Reaction to “Micro-blogging as Online Word of Mouth Branding”
In this article, students at Penn State University used Summize, Twitter’s search engine, to evaluate word of mouth sentiment towards brands by users of Twitter. The results show:
- More than 60 percent of the aggregate weekly sentiments for the brands were positive; just over 22 percent were negative.
- The rest were neutral or had no sentimental value.
- 32 percent of the time there was no change from week to week, while 64 percent of the time there was a change in sentiment or a change to no tweets.
These results show that when people talk about brands on Twitter, they are mostly positive, but most people’s sentiment changes over time.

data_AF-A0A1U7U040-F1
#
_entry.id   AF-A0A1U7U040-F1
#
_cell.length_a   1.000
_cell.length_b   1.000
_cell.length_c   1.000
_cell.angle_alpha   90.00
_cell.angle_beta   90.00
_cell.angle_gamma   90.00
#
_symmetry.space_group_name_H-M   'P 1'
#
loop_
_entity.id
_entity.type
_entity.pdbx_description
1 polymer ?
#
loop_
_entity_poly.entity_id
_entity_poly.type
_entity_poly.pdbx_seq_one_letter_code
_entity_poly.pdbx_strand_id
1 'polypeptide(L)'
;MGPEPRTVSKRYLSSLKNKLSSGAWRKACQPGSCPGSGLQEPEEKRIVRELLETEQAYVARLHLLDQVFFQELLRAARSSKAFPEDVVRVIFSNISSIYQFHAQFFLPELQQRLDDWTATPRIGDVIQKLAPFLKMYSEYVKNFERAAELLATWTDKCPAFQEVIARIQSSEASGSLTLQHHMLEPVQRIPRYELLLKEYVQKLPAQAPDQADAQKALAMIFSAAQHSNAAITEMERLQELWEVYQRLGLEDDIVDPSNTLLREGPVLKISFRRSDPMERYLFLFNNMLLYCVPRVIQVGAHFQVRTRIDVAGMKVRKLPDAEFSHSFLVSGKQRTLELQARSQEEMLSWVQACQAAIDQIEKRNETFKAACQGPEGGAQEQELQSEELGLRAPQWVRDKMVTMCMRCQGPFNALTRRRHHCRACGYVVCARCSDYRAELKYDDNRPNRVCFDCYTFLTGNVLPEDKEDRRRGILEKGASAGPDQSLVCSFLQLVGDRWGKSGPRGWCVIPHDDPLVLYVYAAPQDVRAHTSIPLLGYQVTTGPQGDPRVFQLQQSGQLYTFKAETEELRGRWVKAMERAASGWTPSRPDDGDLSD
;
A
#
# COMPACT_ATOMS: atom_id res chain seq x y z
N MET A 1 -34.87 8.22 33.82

Therefore, as noted in the article, long-term and consistent word of mouth branding on Twitter may be difficult to achieve because of its fickle culture.
The statistic I found most interesting was that “More than 80 percent of the tweets that mentioned one of these brands expressed no sentiment.” What this means to me is that Twitter is still primarily a communication platform rather than a review platform. From a consumer perspective, that probably legitimizes word of mouth recommendations on Twitter because they are in the minority. This should also let companies know that while Twitter can be a place to influence brands, it may not be the end all, be all because people are only talking about brands 20 percent of the time!